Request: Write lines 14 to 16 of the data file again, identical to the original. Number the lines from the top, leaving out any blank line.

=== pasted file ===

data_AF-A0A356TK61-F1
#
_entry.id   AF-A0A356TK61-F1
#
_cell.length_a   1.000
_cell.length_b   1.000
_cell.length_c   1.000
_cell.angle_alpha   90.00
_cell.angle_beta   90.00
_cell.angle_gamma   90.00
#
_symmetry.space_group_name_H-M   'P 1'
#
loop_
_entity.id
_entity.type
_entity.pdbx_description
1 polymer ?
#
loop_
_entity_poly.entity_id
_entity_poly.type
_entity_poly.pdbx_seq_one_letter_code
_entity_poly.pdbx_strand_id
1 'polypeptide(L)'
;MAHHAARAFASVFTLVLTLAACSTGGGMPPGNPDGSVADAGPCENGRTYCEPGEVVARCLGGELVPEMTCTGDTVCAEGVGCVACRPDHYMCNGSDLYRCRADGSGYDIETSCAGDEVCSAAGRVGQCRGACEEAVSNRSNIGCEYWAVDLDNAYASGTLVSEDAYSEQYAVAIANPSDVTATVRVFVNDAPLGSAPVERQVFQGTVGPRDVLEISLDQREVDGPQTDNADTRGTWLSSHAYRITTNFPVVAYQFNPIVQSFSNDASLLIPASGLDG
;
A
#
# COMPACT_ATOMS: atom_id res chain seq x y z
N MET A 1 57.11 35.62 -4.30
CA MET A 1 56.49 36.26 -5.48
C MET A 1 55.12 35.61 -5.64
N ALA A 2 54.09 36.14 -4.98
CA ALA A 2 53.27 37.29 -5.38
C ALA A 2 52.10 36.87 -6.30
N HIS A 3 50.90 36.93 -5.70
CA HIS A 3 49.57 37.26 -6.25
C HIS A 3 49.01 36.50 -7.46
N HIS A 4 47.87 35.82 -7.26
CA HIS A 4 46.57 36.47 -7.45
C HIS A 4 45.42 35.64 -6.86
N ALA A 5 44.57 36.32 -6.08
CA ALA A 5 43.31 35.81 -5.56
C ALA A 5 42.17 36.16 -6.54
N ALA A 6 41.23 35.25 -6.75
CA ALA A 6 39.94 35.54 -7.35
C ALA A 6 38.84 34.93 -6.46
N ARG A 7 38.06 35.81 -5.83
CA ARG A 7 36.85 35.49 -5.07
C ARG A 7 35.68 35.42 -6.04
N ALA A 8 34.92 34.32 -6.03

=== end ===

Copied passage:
loop_
_entity.id
_entity.type